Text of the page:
Core Web Vitals Delayed; Browsers Say No to FLoC

AdMonsters Wrapper: The weekly ad tech news wrap up
This Week
April 22, 2021
Core Web Vitals Rankings Get Pushed Back a Bit
Hey FLoC, Get Off My Block
Around the Water Cooler
Core Web Vitals Gets Pushed Back (and Most Sites Don’t Rank Well Yet Anyway)
If Google’s new Core Web Vitals benchmarks for the “page experience” became the standard for how sites get ranked in search today — most sites wouldn’t rank highly at all. At least that’s according to analysis from SearchMetrics (reg wall), which parsed over 2 million webpages and found that only 4% of them got “good” scores across all three of the Core Web Vitals. (Interestingly enough, Google’s own YouTube didn’t score well at all).

So it’s good news perhaps, that the Core Web Vitals metrics won’t be fully factored into a site’s search ranking until the end of August. Previously, webmasters were preparing to deal with the new standards as of May, but Google announced that it would be “slowly adding” Core Web Vitals to the mix of signals it uses to rank sites starting in mid-June. Breathe easy, SEO pros.
Why This Matters
Search rankings are not the “be-all end-all” for publishers (and that’s especially true for media companies with rabid audiences that already know and love their brands). But in a world where people discover new publications through search snippets, making sure that you rank well for the topics that matter can help drive audience growth. It can also impact campaign performance, which ultimately impacts ad revenue.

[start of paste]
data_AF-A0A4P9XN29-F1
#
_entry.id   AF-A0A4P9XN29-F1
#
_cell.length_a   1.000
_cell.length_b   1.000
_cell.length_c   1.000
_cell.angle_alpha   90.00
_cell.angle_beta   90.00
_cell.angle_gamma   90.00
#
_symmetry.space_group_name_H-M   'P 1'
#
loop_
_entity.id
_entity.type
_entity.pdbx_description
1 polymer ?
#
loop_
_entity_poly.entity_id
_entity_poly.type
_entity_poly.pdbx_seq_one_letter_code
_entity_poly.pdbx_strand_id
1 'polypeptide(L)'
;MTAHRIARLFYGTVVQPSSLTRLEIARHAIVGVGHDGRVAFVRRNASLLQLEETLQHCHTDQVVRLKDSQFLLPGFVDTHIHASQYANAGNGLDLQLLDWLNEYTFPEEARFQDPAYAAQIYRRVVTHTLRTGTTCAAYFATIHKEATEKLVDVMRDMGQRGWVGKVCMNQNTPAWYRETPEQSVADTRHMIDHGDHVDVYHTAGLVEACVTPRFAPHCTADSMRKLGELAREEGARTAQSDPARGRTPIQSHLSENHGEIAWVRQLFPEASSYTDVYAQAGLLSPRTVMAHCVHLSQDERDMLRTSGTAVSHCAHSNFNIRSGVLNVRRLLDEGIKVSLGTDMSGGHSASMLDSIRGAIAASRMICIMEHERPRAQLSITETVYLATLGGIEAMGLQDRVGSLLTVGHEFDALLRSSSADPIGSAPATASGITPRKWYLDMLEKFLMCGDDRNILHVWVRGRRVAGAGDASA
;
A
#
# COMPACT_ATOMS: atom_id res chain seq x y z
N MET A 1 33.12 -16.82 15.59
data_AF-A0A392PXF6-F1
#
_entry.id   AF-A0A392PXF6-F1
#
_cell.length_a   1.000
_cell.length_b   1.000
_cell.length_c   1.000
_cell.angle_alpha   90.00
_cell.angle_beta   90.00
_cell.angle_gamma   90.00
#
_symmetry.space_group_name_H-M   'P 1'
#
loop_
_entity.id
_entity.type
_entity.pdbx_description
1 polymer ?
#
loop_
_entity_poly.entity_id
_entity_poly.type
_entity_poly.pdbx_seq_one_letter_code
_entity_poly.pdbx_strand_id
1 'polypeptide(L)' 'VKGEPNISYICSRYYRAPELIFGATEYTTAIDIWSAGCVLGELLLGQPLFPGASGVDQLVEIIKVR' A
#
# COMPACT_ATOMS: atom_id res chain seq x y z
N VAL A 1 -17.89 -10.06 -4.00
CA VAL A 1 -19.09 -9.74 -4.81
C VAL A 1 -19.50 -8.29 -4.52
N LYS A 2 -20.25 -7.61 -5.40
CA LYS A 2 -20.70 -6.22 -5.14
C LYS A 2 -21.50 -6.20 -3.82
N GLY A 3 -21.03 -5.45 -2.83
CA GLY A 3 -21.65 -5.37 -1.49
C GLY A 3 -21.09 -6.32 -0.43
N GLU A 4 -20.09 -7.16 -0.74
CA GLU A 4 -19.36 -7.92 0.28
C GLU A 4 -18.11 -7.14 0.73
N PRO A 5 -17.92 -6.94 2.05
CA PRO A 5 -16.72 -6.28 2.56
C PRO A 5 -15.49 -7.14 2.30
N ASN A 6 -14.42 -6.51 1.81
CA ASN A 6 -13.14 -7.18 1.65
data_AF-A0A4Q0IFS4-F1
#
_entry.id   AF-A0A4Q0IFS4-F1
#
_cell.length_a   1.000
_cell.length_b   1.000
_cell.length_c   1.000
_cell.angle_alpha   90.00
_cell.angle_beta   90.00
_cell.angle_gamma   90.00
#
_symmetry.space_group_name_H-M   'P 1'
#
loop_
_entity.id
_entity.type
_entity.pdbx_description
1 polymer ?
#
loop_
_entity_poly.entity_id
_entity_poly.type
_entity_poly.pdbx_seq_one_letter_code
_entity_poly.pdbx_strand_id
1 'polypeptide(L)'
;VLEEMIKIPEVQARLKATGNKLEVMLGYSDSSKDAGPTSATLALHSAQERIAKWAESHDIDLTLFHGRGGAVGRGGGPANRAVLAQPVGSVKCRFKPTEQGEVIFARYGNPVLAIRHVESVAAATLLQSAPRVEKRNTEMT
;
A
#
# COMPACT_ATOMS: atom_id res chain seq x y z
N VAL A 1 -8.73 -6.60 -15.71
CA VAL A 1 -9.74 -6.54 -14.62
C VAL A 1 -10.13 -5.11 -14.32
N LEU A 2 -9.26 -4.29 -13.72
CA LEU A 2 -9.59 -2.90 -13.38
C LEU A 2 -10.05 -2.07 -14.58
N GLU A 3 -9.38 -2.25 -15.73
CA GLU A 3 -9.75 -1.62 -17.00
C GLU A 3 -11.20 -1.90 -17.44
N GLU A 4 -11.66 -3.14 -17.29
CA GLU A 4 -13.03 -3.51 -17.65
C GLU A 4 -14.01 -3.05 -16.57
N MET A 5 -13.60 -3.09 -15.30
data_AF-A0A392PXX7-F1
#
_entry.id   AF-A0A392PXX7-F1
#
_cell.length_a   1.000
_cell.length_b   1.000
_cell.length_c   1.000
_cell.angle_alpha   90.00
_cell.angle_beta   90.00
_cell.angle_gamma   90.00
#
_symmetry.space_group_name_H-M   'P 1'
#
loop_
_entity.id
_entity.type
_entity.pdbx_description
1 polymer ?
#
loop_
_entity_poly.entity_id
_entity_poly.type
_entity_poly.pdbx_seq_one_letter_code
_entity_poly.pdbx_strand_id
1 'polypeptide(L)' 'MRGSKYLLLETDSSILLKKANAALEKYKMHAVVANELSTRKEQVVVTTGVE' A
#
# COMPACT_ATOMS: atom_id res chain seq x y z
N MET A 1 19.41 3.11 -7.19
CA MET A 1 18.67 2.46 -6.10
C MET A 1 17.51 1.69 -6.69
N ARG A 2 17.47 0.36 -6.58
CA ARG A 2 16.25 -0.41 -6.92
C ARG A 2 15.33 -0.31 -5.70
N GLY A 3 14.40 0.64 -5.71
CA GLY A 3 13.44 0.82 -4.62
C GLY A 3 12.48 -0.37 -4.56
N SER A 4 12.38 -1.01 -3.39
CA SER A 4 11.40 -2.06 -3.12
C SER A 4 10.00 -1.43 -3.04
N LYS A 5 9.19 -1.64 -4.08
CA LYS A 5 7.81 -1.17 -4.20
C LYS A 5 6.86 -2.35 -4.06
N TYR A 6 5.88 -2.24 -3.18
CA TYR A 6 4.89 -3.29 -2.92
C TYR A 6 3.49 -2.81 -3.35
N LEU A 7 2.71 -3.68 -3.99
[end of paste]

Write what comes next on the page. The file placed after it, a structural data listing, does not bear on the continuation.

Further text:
Mediapost’s Laurie Sullivan does a nice, quick dive into some of the most common factors that can drag down a Core Web Vitals score. And while it’s no surprise that slow-loading ads and content blocks that shift around too much can make a ranking suffer, the observation that sites could be penalized because they’re built on WordPress or Wix templates that contain “unnecessary code,” was interesting to note.

So having more time to tend to the three Core Web Vitals metrics — loading time, interactivity, and visual stability — is a good thing. And it’s just one more reminder that keeping the user experience front-and-center — whether in terms of how fast your content loads, the ads that populate (or don’t), and of course, figuring out an easy way to get the “opt-in” for data collection — is just common sense.
Google: We're Replacing Cookies With FLoC
Everybody Else: Not On My Block
While FLoC testing has commenced on Chrome, other browsers—Edge, Safari, and Firefox—are pushing back on Google's cookie replacement. The triad of browsers joins the Brave Browser, which knocked the Big G's cookie alternative for not really being a privacy solution last week. Vivaldi also won't be participating in the FLoC trials, and DuckDuck Go has released an extension to block FLoC.

Mozilla and Firefox aren't buying that non-consented user data is the best path forward for a privacy-safe advertising future. Who's to say that these guys won't join the Alpha browser at a later date, but as of now, Chrome is flying solo. Lonely bird.

And while rumors circulated that WordPress will treat FLoC as a security risk and block it, the software company's founder Matt Mullenweg announced that there are currently only discussions amongst the WP community about blocking FLoC and no final decision has yet been made. WordPress developers are already publishing plugins that can be used to block FLoC on sites made using WP.
Why This Matters
We're not surprised at all by this rough start for FLoC testing. As the current proposal for FLoC stands, it continues in the tradition of bad tracking moves, since it requires collecting data about web users without their consent or understanding. Back in July, there was dissension within the W3C related to Chrome vehemently pushing FLoC forward without the full support of the membership.